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Some of the 86 pages in this Myth & Lore section are below.
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The Naming of the White
River & Badlands
From Legends of the Mighty
White River Valley in
the Badlands, South Dakota, USA
When the Sioux people first visited
the bare, lifeless, and sharp hills and the deep, broken cuts
in the earth along a river in western Dakota, they said to themselves
"Mako sica," which means bad land. Few things grew
or lived there, and it was almost impossible to cross the Badlands.
Finally the Indians found a natural opening, now known as Big
Foot Pass. This was because Chief Big Foot led his band of four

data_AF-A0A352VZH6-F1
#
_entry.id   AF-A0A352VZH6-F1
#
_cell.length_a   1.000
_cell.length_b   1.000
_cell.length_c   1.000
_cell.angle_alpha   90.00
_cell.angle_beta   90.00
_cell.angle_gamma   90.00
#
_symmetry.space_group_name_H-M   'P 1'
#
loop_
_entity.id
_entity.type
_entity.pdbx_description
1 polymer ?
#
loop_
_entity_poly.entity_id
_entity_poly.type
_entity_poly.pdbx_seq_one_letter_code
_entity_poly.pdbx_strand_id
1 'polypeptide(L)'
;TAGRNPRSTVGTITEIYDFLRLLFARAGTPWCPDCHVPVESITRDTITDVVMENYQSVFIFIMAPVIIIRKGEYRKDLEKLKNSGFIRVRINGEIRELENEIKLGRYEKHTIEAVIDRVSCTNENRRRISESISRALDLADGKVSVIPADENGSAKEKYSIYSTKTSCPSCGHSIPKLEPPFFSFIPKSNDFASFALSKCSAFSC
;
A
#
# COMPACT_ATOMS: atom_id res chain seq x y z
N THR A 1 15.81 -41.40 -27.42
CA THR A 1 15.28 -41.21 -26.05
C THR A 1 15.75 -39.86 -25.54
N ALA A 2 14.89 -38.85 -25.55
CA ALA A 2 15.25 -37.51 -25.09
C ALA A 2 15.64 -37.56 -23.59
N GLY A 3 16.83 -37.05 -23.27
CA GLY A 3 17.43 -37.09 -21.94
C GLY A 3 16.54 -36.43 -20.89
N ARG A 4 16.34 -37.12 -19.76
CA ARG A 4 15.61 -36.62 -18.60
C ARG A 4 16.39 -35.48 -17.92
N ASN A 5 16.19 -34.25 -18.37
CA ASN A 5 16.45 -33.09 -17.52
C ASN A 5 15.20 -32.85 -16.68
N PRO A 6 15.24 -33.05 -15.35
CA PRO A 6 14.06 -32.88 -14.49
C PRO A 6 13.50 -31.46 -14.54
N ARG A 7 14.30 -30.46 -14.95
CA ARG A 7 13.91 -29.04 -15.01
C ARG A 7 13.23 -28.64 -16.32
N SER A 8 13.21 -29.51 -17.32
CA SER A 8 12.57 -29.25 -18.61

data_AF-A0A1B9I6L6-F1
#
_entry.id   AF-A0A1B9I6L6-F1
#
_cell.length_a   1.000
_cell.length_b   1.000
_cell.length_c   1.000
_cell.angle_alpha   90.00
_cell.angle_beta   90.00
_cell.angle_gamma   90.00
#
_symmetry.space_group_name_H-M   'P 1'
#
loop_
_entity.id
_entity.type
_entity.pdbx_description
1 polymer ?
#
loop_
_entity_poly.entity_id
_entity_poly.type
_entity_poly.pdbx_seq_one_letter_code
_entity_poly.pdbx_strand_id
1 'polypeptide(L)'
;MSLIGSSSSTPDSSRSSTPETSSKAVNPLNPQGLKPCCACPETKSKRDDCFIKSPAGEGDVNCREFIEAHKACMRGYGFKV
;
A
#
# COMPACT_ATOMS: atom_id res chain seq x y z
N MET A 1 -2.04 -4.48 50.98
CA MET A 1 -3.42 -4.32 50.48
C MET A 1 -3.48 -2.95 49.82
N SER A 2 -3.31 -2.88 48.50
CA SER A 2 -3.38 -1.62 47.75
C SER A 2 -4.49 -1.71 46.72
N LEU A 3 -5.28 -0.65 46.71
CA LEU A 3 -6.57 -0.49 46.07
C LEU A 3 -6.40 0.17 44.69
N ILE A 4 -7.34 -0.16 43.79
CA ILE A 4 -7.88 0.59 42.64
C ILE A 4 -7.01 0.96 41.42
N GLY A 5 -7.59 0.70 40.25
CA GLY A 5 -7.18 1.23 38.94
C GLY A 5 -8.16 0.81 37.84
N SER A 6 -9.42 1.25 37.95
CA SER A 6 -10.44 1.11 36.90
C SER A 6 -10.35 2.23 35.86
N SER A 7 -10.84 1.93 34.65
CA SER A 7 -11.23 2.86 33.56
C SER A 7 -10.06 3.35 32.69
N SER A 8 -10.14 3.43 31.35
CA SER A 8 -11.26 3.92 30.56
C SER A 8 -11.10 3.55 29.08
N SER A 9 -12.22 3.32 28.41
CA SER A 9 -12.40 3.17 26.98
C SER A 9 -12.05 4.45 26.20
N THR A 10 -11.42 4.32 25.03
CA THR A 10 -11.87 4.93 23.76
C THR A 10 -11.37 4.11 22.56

hundred warriors through the Pass in 1890 when the United States
soldiers thought that every route was guarded. It was this same
band that went on from the Badlands to the Pine Ridge Reservation.
Here Big Foot and his band were killed in the Battle of Wounded
Knee, which was the last big fight between the whites and the
Indians in the United States.
Through the Badlands, which is now
a National Monument, flows an unusual river. It rises in Nebraska
and crosses the western part of South Dakota to the Missouri
River. When the Indians found the river it looked as if it were
smoking, for a white fog seems to rise from the valley through
which the river flows. The haze of soft white smoke can often
be seen early in the morning, and the Indian name, meaning White
Smoking River, has been changed to its present name of White
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